If, for a moment, we leave the world of smart textiles and interactive garments, we’ll see that in the wearables tech industry, a lot of businesses are still focusing on smart watches, fitness trackers and other wrist-based devices. But there’s another player in the field, which has been quietly establishing domination. Hearables.
Hearables, or connected ear-worn devices, can mean different things, from wireless earbuds to smart hearing aid devices. Such products were at prominent display at this year’s CES and, perhaps due to the reveal of Apple’s jack-less iPhone, the category is growing over eight times the rate of wrist-worn devices.
Apart from Apple, there are a few players in the field trying to capture the consumer market, with one of the top being Bragi.
Bragi started in 2014, with a Kickstarter that raised $3 million from 15,998 supporters, all of whom fantasised about a “smart” wireless earphone that could store music, track fitness, health and so much more. As a result, in 2016 Bragi released its first product, The Dash – smart, wireless earbuds that are for much more than just listening to music. Forget buttons. The Dash can be controlled through gestures such as nodding to accept a phone call or shaking to decline it. The earbuds are compatible with a smartphone app that lets you personalise them even further. It visualises the features of The Dash, showing your fitness status, heart rate, calories burnt, distance traveled and more. The ear is a better place than the wrist for collecting certain biometric data, which makes Bragi perfectly positioned to service the active, connected consumer of today.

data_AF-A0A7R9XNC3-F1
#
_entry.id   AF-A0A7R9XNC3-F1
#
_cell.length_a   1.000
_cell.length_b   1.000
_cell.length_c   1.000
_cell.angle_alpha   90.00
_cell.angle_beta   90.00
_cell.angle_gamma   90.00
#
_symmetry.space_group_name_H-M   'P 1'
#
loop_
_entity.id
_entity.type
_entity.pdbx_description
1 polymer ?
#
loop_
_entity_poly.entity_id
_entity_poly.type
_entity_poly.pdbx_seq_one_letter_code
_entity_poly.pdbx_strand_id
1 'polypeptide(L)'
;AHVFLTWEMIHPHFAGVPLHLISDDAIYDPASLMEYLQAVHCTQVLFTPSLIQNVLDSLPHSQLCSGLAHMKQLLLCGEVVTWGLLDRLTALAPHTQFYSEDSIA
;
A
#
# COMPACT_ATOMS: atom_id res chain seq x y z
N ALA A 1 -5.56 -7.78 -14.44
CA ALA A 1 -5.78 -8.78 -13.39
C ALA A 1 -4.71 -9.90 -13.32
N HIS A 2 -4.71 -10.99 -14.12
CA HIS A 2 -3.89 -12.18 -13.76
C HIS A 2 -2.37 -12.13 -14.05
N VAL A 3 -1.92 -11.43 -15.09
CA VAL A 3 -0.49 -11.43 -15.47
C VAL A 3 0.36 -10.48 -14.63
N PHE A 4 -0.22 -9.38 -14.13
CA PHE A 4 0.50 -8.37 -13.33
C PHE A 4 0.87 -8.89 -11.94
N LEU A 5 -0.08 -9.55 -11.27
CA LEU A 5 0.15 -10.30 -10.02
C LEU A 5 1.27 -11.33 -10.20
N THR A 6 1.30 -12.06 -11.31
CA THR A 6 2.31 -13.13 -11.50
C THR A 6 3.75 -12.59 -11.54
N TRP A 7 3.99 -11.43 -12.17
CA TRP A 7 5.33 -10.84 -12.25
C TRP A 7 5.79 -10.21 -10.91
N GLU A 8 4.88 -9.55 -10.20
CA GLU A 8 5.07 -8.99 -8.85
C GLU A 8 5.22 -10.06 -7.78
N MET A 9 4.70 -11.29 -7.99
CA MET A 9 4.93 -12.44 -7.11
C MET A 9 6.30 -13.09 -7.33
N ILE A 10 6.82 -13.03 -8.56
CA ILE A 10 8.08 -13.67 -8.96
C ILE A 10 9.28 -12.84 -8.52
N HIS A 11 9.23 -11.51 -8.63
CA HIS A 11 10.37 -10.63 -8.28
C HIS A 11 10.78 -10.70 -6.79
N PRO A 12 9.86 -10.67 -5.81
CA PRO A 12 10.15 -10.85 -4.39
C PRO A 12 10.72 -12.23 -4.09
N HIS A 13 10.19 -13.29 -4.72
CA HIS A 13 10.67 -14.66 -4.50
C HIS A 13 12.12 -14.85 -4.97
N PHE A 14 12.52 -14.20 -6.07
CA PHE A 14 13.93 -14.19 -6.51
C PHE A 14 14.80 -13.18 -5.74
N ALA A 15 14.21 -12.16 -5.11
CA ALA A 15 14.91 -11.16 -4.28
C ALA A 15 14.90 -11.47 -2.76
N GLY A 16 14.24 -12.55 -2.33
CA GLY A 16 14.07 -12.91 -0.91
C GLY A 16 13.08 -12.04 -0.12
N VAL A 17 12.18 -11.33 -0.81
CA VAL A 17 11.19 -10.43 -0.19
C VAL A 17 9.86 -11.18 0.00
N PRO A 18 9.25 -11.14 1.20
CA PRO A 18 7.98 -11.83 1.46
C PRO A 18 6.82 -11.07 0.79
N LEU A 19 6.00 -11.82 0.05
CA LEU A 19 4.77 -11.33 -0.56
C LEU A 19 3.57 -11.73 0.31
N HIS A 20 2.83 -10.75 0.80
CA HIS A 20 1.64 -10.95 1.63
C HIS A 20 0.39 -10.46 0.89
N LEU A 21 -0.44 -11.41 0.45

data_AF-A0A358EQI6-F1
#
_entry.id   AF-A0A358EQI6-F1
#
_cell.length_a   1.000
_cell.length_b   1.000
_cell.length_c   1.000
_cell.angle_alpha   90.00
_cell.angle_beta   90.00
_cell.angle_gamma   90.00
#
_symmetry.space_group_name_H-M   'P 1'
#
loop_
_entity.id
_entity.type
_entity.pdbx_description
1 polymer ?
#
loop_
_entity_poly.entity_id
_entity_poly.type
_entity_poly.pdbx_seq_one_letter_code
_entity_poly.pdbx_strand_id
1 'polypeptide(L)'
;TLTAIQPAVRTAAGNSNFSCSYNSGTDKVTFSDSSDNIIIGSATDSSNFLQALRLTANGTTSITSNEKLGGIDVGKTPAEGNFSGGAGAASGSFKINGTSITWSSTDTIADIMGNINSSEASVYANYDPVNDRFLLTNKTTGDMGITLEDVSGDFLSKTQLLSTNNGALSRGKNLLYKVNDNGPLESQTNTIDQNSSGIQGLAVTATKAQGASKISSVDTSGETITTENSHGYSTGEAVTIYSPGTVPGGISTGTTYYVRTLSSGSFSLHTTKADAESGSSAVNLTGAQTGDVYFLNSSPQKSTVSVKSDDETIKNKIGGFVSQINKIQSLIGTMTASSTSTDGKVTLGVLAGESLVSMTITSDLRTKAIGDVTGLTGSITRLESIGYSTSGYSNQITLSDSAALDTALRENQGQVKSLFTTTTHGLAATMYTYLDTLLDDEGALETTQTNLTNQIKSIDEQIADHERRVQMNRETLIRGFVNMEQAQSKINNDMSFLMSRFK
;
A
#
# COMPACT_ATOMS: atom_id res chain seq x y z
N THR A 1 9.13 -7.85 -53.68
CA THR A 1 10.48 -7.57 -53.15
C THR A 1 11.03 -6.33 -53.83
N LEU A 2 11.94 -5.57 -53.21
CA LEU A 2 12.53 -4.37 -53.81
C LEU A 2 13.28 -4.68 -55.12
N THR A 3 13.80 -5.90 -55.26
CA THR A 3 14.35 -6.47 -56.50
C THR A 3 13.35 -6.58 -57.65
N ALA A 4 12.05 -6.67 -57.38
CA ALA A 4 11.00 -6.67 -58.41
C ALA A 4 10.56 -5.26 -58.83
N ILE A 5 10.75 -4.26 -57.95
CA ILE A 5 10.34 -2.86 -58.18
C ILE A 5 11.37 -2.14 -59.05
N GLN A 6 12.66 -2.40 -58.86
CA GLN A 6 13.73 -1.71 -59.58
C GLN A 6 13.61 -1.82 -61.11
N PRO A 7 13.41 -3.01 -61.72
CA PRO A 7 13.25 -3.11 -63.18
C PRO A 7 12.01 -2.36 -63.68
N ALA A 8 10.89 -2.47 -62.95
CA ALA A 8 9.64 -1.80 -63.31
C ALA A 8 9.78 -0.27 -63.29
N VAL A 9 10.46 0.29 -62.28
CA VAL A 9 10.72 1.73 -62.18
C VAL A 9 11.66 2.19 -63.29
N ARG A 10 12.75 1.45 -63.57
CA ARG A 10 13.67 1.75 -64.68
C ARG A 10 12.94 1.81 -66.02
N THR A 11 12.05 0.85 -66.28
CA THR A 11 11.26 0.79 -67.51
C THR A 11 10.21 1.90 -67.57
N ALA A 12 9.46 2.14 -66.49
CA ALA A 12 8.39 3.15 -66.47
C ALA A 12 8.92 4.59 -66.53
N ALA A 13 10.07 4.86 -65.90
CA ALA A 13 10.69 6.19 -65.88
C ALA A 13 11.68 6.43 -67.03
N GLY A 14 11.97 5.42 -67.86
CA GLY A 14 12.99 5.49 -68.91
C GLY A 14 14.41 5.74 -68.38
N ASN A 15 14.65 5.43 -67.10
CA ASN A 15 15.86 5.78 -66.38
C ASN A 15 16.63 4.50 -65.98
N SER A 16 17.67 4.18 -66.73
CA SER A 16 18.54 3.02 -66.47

If you already have an activity tracker (or don’t want to use one) you can still enjoy Bragi’s earbuds, without the price tag of a hearable device. The company recently released The Headphone – Bluetooth-connected wireless earbuds, minus the activity tracking features.
The Headphone can be connected to any Bluetooth device, including the iPhone 7, but also other smartphones, tablets and laptops. In addition to switching between music tracks, taking phone calls and activate Siri (or other voice assistant), The Headphone includes Audio Transparency mode which lets you hear your surrounding environment without having to remove the buds from your ears. While the product will be yet another thing to charge, the battery lasts for up to six hours.
I had a chance to test The Headphone and one thing that truly delighted me was how well they fit. Using Apple’s standard in-ear headphones before Bragi was always frustrating, especially while working out, running or dancing. So as soon as I got my hands on The Headphone I put them to the test by doing an upward facing bow pose, expecting them to fall off. To my upmost surprise, they stayed in, blasting mood-boosting tunes. Speaking of sound, The Headphone provides powerful audio and bass, I just wish the maximum volume could be louder. Perhaps it’s just the music junkie in me.
Overall, we’re impressed with Bragi’s vision of the future of sound and, as audio user interfaces enter the mainstream, can’t wait to see whet they do next.
Want to partner with us for an event or invite us to speak? Get in touch at firstname.lastname@example.org